Submitted to: American Forage and Grassland Conference Proceedings
Publication Type: Proceedings
Publication Acceptance Date: 5/1/2007
Publication Date: 6/24/2007
Citation: Springer, T.L. 2007. Does weeping lovegrass maintain its crude protein content at the expense of its neighbors?. In: Proceedings American Forage and Grassland Conference, June 24-26, 2007, State College, PA. CD-ROM. Interpretive Summary: Weeping lovegrass was introduced into the USA from Africa in 1927. Studies have found that it is adapted to a wide range of soil conditions, but is well adapted to low fertility, drought prone, sandy soils where it is used for grazing and conservation plantings. In sandy soils, the root system can be quite large, 10 to 15’ deep and 3 to 5’ in diameter. Other scientists have found that forage crude protein content ranges from 7.4 to 8.6% and declines rapidly with age. The objective of this research was to examine the crude protein data of each component of binary mixtures of grasses and legumes and determine if weeping lovegrass maintains its crude protein content at the expense of its neighbor. Findings suggest that weeping lovegrass does maintain a crude protein content at a steady state and that neighboring species have reduced crude protein content as compared to what would be found in their pure stands. The ability of weeping lovegrass to maintain its crude protein level is likely due to its competitive ability. With a large root system it can intercept nutrients around the root systems of its neighbors. Similarly, weeping lovegrass tended to shade neighboring species, limiting their growth. Shade and frequent defoliation of legumes is known to affect the rates of formation and decomposition of roots and nodules.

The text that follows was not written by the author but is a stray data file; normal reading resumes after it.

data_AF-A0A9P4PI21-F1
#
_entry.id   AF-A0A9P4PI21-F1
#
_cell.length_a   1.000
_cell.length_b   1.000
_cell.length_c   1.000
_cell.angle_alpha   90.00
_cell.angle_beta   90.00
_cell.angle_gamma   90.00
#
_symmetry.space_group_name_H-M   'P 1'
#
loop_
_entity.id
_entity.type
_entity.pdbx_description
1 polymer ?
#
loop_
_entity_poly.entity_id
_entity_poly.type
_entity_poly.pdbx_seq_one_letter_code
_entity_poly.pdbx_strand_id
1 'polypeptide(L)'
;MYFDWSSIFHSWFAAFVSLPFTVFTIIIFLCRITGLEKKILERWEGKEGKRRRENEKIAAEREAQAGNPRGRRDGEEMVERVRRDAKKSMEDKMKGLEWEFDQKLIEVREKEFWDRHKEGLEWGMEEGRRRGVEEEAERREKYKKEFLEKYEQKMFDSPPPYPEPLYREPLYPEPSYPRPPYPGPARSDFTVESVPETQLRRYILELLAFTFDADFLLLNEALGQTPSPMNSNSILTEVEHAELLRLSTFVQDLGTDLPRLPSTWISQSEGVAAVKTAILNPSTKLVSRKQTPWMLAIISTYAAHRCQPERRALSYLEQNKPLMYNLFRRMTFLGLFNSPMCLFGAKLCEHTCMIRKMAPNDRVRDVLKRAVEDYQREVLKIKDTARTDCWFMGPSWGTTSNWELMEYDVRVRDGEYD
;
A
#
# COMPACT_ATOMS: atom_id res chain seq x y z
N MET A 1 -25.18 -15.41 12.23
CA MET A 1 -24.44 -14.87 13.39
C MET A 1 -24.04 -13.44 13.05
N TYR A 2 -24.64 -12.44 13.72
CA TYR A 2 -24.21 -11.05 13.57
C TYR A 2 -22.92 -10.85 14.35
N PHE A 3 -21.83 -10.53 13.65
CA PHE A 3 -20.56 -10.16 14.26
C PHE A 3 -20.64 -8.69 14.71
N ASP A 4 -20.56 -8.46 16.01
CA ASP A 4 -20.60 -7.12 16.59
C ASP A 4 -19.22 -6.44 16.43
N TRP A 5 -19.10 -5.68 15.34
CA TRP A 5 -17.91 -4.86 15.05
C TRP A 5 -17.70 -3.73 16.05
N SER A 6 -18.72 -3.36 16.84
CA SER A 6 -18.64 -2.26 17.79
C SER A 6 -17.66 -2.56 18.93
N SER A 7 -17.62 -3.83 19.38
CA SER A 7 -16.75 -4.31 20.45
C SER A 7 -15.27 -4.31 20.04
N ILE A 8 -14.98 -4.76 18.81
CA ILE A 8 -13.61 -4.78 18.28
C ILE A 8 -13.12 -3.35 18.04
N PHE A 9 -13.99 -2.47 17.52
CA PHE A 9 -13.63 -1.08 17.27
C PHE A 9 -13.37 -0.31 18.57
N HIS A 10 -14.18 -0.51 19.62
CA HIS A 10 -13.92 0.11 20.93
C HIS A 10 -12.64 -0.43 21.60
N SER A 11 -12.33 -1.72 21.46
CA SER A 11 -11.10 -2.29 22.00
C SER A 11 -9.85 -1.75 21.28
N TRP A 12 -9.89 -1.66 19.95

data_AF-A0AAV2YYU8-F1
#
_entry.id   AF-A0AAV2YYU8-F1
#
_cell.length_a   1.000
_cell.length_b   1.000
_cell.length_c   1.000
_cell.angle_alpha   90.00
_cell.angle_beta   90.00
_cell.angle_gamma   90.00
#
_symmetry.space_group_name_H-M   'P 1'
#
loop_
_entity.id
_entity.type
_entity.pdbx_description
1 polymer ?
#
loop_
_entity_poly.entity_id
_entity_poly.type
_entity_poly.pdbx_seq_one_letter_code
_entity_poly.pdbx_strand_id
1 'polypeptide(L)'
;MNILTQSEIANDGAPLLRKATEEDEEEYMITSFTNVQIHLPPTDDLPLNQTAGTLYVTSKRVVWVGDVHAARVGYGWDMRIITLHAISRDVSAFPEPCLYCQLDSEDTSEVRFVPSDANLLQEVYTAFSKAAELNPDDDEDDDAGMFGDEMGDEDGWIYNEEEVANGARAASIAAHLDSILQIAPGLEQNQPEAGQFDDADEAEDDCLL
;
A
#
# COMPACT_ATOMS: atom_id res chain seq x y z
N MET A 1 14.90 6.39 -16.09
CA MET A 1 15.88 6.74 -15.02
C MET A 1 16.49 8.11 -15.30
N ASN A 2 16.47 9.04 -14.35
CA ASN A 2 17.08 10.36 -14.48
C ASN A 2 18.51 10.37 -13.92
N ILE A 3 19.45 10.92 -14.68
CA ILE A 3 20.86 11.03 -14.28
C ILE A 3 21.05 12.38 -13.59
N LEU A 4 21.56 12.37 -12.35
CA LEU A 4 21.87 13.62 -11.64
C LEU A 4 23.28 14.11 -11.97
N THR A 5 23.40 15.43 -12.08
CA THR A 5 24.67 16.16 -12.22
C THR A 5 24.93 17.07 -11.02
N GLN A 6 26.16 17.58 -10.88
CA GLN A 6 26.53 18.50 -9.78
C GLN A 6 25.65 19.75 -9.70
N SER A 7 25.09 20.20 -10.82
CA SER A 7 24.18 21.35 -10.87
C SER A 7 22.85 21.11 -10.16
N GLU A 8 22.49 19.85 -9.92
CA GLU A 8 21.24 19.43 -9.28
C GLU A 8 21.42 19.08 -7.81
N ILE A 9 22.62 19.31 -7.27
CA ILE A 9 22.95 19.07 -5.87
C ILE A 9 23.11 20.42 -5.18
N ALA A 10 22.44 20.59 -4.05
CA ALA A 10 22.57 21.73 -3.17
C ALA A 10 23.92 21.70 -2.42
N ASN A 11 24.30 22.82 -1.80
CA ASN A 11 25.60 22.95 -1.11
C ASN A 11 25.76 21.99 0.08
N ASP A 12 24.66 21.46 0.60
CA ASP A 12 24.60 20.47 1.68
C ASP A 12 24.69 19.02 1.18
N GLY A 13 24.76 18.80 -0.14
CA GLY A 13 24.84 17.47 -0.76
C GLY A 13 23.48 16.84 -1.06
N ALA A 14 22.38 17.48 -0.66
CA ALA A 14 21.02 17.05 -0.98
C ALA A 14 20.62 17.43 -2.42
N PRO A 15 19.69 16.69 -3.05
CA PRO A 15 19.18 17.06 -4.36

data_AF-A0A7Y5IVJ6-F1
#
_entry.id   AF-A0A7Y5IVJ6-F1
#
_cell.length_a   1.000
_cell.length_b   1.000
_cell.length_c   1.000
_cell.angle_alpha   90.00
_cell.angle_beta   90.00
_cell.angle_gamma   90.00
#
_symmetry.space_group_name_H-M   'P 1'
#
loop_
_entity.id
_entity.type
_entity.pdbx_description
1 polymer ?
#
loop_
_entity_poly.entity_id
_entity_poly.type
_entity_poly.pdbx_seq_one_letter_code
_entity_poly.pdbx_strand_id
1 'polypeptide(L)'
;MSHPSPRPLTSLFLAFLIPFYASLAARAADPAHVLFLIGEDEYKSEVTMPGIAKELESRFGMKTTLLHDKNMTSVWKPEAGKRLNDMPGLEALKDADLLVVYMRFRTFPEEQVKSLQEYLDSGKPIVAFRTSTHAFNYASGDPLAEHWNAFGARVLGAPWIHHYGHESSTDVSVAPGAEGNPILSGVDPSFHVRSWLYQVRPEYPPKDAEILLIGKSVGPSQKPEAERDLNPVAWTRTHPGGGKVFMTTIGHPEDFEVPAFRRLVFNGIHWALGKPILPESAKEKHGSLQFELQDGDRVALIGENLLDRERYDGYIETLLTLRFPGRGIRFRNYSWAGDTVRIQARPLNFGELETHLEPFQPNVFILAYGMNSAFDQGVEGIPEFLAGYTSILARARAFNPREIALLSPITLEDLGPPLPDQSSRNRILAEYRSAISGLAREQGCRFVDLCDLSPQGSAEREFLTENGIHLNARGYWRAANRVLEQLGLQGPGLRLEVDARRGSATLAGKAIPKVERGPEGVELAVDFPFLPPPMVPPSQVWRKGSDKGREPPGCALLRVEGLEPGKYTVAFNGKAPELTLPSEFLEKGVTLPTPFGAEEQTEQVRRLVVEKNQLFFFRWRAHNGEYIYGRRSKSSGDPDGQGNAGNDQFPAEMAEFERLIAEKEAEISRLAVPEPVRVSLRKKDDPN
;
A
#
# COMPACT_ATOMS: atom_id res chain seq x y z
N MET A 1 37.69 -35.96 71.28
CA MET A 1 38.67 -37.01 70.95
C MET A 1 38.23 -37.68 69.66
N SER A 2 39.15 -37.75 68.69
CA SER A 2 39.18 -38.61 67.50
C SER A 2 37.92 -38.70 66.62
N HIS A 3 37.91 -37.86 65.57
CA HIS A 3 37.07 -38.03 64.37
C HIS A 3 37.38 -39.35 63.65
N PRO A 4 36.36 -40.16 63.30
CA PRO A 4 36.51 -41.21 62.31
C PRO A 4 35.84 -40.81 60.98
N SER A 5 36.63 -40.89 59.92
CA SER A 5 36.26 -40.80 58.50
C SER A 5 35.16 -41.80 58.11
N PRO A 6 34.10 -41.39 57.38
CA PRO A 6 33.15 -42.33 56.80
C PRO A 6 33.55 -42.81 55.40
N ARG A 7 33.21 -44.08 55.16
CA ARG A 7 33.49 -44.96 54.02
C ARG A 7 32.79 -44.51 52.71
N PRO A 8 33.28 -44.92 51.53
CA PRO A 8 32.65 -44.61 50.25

Technical Abstract: Data would suggest that weeping lovegrass [Eragrostis curvula (Schrad.) Nees] does maintain its crude protein (CP) content at a steady state at the expense of its surrounding neighbors. While studying the combining ability effects of binary mixtures of cool- and warm-season grasses and legumes it was found that the CP content of weeping lovegrass in mixtures was not different (P > 0.05) from that of pure stands. But when in mixtures, the CP content of its cohort was different (P < 0.05) from that of its pure stand. Weeping lovegrass is known to produce an extensive root system in sandy soil which would give it a significant competitive advantage for nutrient resources.